x64 vs.

x64 vs. x86 is a mixed bag. On the good side, x64 has a lot more registers available, faster math with big numbers and (obviously) works better with huge apps that need more than 2 GB. On the downside, doubling the size of all pointers bloats RAM requirements and lets less data fit in cache.

Today I read an article about a new proposed software architecture that tries to pick the best of both. They call it “x32” which is a nice mix of names. It uses the all of the non-legacy goodness of x64 but uses 32-bit pointers to save RAM. That’s a fine sacrifice for most everyday apps (it’s going to be a while before “/bin/ls” needs more than 2GB!). It sounds complicated, but fascinating to me.

This superficially reminds me of the new compressed pointer feature in JDK7. This feature (http://download.oracle.com/javase/7/docs/technotes/guides/vm/performance-enhancements-7.html) assumes that the top half of a 64-bit pointer will almost always be zero, so why bother storing it in the heap? Instead, you just put those zeros back via the virtual machine when you actually want to dereference it, but it doesn’t take up cache/stack/heap space when the pointer is inert. And if you need more than 4 GB but less than 32 GB, they can actually drop the bottom 3 bits which are always zero due to 8-byte memory alignment requirements. And since most code is cache-limited anyway, the cost of the extra math is less than the win you get from fewer pipeline stalls. Now THAT is cool engineering.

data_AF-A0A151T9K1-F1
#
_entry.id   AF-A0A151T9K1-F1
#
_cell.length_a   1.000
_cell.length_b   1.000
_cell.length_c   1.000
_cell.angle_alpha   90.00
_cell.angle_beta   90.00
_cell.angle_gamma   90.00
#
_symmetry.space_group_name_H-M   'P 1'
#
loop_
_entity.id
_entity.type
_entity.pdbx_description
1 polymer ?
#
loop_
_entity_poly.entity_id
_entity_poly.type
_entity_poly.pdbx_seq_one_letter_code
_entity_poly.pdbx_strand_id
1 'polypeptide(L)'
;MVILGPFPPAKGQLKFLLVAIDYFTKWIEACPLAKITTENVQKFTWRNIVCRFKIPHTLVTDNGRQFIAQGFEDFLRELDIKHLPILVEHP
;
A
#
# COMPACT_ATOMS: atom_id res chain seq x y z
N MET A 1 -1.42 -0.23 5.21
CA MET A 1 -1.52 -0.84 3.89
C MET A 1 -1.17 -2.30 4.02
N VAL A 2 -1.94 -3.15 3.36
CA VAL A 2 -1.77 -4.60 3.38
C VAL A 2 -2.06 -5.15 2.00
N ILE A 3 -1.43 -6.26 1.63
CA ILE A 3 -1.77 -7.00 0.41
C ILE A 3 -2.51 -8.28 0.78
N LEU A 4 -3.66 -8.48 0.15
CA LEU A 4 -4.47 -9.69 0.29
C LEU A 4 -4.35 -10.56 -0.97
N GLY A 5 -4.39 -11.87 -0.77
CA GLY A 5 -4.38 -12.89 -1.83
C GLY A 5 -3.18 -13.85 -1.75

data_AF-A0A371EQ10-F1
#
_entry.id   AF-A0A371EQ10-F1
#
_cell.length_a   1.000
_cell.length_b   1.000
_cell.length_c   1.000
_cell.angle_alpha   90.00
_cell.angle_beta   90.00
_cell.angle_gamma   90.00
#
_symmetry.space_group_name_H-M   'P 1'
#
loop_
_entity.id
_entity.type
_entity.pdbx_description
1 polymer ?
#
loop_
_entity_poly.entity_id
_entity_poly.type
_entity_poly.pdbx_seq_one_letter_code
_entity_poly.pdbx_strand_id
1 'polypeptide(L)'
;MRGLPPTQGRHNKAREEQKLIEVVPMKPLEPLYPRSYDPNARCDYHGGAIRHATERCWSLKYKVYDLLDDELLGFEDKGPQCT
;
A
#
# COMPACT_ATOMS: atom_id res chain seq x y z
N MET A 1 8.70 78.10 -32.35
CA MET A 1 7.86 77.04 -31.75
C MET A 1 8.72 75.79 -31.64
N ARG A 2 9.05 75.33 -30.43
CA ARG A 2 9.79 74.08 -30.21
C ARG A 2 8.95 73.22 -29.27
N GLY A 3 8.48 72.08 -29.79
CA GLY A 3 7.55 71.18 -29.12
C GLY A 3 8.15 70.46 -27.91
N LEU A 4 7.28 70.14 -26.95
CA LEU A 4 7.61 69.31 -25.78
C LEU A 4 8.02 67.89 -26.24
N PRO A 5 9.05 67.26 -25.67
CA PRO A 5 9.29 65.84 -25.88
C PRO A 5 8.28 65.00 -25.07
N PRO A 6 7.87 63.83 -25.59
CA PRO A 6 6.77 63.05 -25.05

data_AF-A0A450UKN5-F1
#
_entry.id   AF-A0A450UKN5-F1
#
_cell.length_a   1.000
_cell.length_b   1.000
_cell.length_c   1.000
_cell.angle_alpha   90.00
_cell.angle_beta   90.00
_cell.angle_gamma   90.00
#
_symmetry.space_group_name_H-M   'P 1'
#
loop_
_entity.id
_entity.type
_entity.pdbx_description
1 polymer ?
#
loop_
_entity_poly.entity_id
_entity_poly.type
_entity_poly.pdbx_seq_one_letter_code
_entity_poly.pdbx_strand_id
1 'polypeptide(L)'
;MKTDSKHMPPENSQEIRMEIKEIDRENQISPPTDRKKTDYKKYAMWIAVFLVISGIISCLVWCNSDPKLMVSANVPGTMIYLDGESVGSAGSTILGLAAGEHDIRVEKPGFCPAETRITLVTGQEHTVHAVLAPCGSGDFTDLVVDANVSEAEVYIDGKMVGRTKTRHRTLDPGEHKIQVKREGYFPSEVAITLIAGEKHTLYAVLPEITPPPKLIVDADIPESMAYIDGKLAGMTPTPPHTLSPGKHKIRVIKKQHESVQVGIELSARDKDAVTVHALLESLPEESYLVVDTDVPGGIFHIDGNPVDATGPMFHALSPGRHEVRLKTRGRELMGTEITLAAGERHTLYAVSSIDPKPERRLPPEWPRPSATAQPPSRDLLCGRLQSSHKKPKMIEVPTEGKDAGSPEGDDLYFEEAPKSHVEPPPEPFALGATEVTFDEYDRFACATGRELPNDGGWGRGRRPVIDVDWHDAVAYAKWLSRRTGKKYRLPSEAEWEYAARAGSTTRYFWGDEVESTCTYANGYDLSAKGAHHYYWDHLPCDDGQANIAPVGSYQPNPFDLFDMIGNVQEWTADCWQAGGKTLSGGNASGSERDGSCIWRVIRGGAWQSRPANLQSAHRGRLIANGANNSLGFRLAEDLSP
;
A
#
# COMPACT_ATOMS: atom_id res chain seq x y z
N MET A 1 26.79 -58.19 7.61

One reply on “x64 vs.”

  1. I just learned that compressed pointers were actually introduced in 1.6.0_14 and were enabled by default in 1.6.0_23 (and fixed in 1.6.0_25!). It’s zero-based compressed pointers that were introduced in JDK7. My bad.

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